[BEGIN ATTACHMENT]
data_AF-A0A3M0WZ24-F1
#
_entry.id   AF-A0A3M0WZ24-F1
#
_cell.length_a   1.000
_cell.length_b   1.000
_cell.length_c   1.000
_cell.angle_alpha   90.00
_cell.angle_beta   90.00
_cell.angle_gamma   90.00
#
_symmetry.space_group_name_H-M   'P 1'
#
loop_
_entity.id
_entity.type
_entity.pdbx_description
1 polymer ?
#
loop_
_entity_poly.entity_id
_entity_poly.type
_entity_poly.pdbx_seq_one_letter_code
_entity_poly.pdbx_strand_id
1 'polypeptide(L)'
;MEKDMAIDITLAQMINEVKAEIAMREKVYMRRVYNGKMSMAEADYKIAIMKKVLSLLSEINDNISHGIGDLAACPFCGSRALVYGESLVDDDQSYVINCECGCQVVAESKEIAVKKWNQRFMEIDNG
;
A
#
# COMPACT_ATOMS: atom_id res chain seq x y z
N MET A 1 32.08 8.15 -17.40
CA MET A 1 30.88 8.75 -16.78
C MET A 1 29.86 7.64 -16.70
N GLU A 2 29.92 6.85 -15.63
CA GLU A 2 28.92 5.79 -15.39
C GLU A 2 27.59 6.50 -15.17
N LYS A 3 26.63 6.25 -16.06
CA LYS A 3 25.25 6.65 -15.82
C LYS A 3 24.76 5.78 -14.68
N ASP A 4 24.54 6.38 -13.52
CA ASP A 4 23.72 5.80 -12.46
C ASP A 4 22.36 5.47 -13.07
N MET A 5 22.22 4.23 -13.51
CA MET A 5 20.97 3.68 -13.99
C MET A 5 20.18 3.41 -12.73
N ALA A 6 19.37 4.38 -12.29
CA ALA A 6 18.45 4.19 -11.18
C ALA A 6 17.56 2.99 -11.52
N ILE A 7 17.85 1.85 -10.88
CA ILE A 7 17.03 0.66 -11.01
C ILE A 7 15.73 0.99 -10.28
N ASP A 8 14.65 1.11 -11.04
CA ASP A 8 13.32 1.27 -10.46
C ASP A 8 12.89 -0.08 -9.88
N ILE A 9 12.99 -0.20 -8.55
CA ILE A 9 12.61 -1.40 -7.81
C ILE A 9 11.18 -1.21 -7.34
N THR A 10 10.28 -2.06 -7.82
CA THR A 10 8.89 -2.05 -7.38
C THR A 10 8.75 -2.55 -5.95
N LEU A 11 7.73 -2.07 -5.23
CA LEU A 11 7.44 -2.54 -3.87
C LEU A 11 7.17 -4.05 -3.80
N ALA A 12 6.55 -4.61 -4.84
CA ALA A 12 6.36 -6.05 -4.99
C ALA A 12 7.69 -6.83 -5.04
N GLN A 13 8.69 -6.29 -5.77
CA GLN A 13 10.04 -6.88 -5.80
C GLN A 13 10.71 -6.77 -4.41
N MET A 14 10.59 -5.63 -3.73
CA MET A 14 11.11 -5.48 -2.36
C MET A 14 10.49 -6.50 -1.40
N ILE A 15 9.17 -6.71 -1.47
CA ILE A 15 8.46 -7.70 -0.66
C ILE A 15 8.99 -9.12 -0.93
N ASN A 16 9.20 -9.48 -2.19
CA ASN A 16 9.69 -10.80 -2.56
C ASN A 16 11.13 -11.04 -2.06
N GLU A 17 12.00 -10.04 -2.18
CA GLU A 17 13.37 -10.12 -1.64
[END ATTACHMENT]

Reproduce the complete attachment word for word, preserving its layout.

data_AF-A0A3M0WZ24-F1
#
_entry.id   AF-A0A3M0WZ24-F1
#
_cell.length_a   1.000
_cell.length_b   1.000
_cell.length_c   1.000
_cell.angle_alpha   90.00
_cell.angle_beta   90.00
_cell.angle_gamma   90.00
#
_symmetry.space_group_name_H-M   'P 1'
#
loop_
_entity.id
_entity.type
_entity.pdbx_description
1 polymer ?
#
loop_
_entity_poly.entity_id
_entity_poly.type
_entity_poly.pdbx_seq_one_letter_code
_entity_poly.pdbx_strand_id
1 'polypeptide(L)'
;MEKDMAIDITLAQMINEVKAEIAMREKVYMRRVYNGKMSMAEADYKIAIMKKVLSLLSEINDNISHGIGDLAACPFCGSRALVYGESLVDDDQSYVINCECGCQVVAESKEIAVKKWNQRFMEIDNG
;
A
#
# COMPACT_ATOMS: atom_id res chain seq x y z
N MET A 1 32.08 8.15 -17.40
CA MET A 1 30.88 8.75 -16.78
C MET A 1 29.86 7.64 -16.70
N GLU A 2 29.92 6.85 -15.63
CA GLU A 2 28.92 5.79 -15.39
C GLU A 2 27.59 6.50 -15.17
N LYS A 3 26.63 6.25 -16.06
CA LYS A 3 25.25 6.65 -15.82
C LYS A 3 24.76 5.78 -14.68
N ASP A 4 24.54 6.38 -13.52
CA ASP A 4 23.72 5.80 -12.46
C ASP A 4 22.36 5.47 -13.07
N MET A 5 22.22 4.23 -13.51
CA MET A 5 20.97 3.68 -13.99
C MET A 5 20.18 3.41 -12.73
N ALA A 6 19.37 4.38 -12.29
CA ALA A 6 18.45 4.19 -11.18
C ALA A 6 17.56 2.99 -11.52
N ILE A 7 17.85 1.85 -10.88
CA ILE A 7 17.03 0.66 -11.01
C ILE A 7 15.73 0.99 -10.28
N ASP A 8 14.65 1.11 -11.04
CA ASP A 8 13.32 1.27 -10.46
C ASP A 8 12.89 -0.08 -9.88
N ILE A 9 12.99 -0.20 -8.55
CA ILE A 9 12.61 -1.40 -7.81
C ILE A 9 11.18 -1.21 -7.34
N THR A 10 10.28 -2.06 -7.82
CA THR A 10 8.89 -2.05 -7.38
C THR A 10 8.75 -2.55 -5.95
N LEU A 11 7.73 -2.07 -5.23
CA LEU A 11 7.44 -2.54 -3.87
C LEU A 11 7.17 -4.05 -3.80
N ALA A 12 6.55 -4.61 -4.84
CA ALA A 12 6.36 -6.05 -4.99
C ALA A 12 7.69 -6.83 -5.04
N GLN A 13 8.69 -6.29 -5.77
CA GLN A 13 10.04 -6.88 -5.80
C GLN A 13 10.71 -6.77 -4.41
N MET A 14 10.59 -5.63 -3.73
CA MET A 14 11.11 -5.48 -2.36
C MET A 14 10.49 -6.50 -1.40
N ILE A 15 9.17 -6.71 -1.47
CA ILE A 15 8.46 -7.70 -0.66
C ILE A 15 8.99 -9.12 -0.93
N ASN A 16 9.20 -9.48 -2.19
CA ASN A 16 9.69 -10.80 -2.56
C ASN A 16 11.13 -11.04 -2.06
N GLU A 17 12.00 -10.04 -2.18
CA GLU A 17 13.37 -10.12 -1.64